Revjen-"Clyde Barrow might be considered an expert on the use of the compact shotgun in close-up interpersonal dispute type situation, and he didn't use a PGO or give a rat's rectum about legal barrel length or l.o.a. His "whippit" (as in whip it out) A5 had a buttstock cut off as short as the mechanism would allow. He could have used a pump gun cut down to PGO with a bbl cut off even with a 5 shot mag, but he kept a useable (if short) stock. A 12 ga 3" mag has about the same recoil energy as a .375 mag. Would you want to shoot a .375 H&H with a pistol grip?"
Very true about his auto (Model 11 and A5) Whipits. He did however have at least one PGO, I believe a Remington 17, Buck had a Winchester 16 ga. I had been researching and writing an article on guns of the motor bandits, but when my computer died last month lost everything (can't find my written notes) and have to start from scratch. Anyhow, B&C resources have a lot of varying accounts when it comes to weapon related details, but I did come across an article years ago I have since been unable to locate (perhaps it was on Oklahombres site). This pistol grip pump, Clyde was able to swing his hip and it would jump into his waiting hand. Another source indicated a zippered compartment on his trousers for a shotgun. This would be the most likely candidate.
Of course, both he and Bonnie's prefered street cannons were the autos with a portion of stock remaining, rubber from an inner tube tacked down forming a loop to slip over the shoulder, under a coat. The weapon was already shouldered. Some reported that this was merely for retention purposes and he would tug the strap loose, but I think he had enough savvy to realize keeping it shouldered was not only faster for the first shot, but far more controllable, quick and accurate. I mean he and an accomplice put 10 slugs into the head and neck of one lawman in Joplin. That's not hipshooting.

Anyway I think his Whipits would make excellent PDW's even today. Maybe better than the Witness Protection 12 ga. 870's with 12.5" barrels and hogleg grips, carried barrel up under strong arm. Instead of simply raising like a whipit, left hand grabs forearm, unsnaps and pulls outward, while the right unsnaps the grip strap. No way in hell I for one would keep a round chambered in such a carry position, so add to that time to rack the slide. I have to admit the Marshal's W.P. shotgun rigs are well designed and extremely concealable, but for me would just as soon have Clyde's configuration. (Off topic, but I always though chopping an auto on either end was disasterous to reliability, whether recoil or gas operated. But would bet my bottom dollar Barrow's ran flawlessly or he would not have used them). Lastly if he were around today, I think he'd favor the Saiga folder, 12 or 20, cut short as the entry model. Actually instead of acquiring the PG and FS parts (though installation would present no problem to him) he'd probably just remove 1/2-2/3 of the standard stock and make a whipit of it.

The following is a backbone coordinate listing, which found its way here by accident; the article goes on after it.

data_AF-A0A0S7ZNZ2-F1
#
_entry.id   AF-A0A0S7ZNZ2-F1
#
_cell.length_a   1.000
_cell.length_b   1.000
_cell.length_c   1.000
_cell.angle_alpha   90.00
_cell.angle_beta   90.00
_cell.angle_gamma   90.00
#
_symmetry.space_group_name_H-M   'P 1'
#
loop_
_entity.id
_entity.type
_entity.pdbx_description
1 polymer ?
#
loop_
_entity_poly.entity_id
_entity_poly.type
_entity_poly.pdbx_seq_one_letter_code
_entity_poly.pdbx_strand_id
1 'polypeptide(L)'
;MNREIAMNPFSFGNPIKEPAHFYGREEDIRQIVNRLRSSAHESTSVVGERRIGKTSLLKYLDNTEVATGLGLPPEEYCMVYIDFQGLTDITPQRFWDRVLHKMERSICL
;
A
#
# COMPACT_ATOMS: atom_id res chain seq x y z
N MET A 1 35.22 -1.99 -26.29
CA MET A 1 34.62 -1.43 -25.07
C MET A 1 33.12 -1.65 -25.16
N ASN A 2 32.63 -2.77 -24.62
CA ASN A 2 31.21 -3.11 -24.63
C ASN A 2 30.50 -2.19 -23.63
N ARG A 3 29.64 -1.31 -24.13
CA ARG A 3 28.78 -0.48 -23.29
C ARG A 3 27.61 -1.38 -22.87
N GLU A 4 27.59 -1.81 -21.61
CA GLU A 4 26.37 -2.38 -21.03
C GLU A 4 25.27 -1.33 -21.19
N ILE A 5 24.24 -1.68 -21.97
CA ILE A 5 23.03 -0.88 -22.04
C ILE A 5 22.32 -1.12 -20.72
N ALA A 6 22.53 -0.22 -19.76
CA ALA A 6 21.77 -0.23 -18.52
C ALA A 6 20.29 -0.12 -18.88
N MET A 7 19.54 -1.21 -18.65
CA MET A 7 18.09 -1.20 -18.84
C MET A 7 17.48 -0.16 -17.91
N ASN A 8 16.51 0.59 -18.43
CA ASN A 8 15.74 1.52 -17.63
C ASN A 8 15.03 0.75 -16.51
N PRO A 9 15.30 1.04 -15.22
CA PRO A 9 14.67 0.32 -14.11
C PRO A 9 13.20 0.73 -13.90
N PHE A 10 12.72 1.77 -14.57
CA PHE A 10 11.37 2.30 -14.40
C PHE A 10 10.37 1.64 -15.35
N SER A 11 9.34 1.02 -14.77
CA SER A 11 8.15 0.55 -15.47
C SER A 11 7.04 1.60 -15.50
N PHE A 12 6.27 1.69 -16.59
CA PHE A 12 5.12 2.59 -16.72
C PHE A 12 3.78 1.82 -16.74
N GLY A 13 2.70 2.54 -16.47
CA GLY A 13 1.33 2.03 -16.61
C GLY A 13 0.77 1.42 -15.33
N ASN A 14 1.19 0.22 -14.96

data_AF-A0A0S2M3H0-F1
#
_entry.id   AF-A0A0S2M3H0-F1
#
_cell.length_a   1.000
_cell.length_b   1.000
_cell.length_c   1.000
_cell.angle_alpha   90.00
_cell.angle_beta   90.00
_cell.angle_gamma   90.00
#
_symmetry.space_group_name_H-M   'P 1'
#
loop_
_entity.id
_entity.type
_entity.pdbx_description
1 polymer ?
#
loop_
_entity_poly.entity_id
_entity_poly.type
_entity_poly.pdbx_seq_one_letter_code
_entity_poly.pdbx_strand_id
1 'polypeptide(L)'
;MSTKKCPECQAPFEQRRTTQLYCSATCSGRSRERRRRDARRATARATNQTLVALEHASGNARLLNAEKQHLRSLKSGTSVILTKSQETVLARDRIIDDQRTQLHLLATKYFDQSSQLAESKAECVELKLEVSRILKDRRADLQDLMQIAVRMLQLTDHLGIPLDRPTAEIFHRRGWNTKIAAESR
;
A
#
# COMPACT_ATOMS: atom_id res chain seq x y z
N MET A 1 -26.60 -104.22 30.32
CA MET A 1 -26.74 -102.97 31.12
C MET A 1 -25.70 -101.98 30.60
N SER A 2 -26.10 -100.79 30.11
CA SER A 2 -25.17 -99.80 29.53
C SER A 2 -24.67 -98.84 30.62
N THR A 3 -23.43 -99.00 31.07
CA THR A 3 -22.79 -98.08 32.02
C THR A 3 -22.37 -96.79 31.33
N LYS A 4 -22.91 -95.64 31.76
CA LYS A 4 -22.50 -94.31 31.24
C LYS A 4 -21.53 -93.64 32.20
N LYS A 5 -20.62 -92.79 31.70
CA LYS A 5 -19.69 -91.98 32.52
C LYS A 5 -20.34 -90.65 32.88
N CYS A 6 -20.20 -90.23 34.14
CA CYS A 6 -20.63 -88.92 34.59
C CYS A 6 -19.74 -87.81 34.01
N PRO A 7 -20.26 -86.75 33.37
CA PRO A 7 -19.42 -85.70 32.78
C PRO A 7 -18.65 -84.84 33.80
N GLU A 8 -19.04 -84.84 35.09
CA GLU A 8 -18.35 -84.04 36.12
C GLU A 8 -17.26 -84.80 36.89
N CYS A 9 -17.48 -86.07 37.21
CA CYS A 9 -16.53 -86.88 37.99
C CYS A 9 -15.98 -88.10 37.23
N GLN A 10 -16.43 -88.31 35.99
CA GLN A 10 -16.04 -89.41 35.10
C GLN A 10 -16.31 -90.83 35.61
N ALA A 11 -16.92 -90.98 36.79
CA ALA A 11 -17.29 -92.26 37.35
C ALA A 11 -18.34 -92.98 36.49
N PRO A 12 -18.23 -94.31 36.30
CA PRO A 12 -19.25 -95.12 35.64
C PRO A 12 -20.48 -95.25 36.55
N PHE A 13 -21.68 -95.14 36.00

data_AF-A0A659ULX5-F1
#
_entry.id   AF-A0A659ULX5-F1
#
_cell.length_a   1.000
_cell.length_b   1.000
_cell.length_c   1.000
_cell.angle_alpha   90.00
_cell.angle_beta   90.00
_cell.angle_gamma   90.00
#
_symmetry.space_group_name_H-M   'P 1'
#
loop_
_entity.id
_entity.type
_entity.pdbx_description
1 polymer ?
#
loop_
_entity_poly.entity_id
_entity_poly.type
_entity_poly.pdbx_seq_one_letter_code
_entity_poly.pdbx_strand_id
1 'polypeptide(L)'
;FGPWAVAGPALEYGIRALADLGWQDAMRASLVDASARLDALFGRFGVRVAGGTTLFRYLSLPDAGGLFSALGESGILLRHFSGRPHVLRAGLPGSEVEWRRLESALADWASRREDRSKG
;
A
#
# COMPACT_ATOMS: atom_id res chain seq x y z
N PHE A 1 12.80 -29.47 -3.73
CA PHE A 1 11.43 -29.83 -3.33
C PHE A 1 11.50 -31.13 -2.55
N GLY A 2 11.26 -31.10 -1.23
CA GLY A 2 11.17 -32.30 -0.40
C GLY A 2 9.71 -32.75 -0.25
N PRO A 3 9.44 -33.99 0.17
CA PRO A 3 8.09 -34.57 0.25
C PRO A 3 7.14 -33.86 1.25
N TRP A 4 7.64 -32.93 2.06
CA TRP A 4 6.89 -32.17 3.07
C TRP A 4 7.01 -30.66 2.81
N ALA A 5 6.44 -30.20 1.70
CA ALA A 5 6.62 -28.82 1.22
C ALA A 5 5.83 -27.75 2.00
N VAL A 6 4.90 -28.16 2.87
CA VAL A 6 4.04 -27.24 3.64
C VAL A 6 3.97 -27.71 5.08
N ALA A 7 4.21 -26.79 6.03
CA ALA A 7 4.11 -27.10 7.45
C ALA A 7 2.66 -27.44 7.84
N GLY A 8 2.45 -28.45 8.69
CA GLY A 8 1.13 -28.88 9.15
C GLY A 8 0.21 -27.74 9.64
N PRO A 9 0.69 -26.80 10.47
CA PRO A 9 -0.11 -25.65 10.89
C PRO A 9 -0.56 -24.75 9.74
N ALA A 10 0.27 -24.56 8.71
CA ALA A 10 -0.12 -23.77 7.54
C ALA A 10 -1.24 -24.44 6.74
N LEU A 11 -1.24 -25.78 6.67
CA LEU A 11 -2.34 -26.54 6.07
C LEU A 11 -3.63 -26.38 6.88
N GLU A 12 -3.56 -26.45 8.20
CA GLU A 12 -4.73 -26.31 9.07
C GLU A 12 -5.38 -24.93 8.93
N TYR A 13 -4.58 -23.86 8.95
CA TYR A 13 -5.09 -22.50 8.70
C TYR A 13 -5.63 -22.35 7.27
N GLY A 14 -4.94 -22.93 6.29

Clyde is more well known for his Scatterguns (what HE called his sawed off BARs) than what we call scatterguns. But the shotguns really were his bread and butter, they used 20s, 16s, 12s, even a 10ga. Win. Lever action riot gun. Great point you made about Clyde's whipit's, because in fact it's the first thing I think of when talking about PG Pumps.

.351winchester
December 26, 2006, 12:14 AM
Mokumbear I really think you'd be a lot better off having a stock. I have used PG's and double PG's but always went back to traditional stocks. Some people may be proficient with this configuration, but I can't believe anyone would be better without a stock than with it. I do not understand where the savings in length comes into play other than in storage and concealment. There are stances and positions to use with a riot gun that make it no easier to disarm than a handgun and move anywhere yet bring it to target instantly.
Just telling you my experiences. I never found it painful or extremely innacurate to have pistol grips, but it was too slow in every way, way too slow to be counted on for self defense. For me.

Daves-got-guns
December 26, 2006, 06:09 AM
tony, i like how you can blast on everything i say, and suddenly everything you say is golden. No its no challenge, cause getting into a gunfight with some idiot online whos probably a 17 year old kid and thinx hes got all the answers to life, aint worth it. Screw this thread, and ill let you think you are king with your pistol grip pump.

TonyM1
December 26, 2006, 08:36 AM
Well let's see dave, you invite me to come to 'your' town and 'step to your door' with my pg sg vs your standard stock sg and see how well mine holds it's merits against yours? Sure sounds like a call out and a threat to me, and by your own reasoning that would make you an idiot.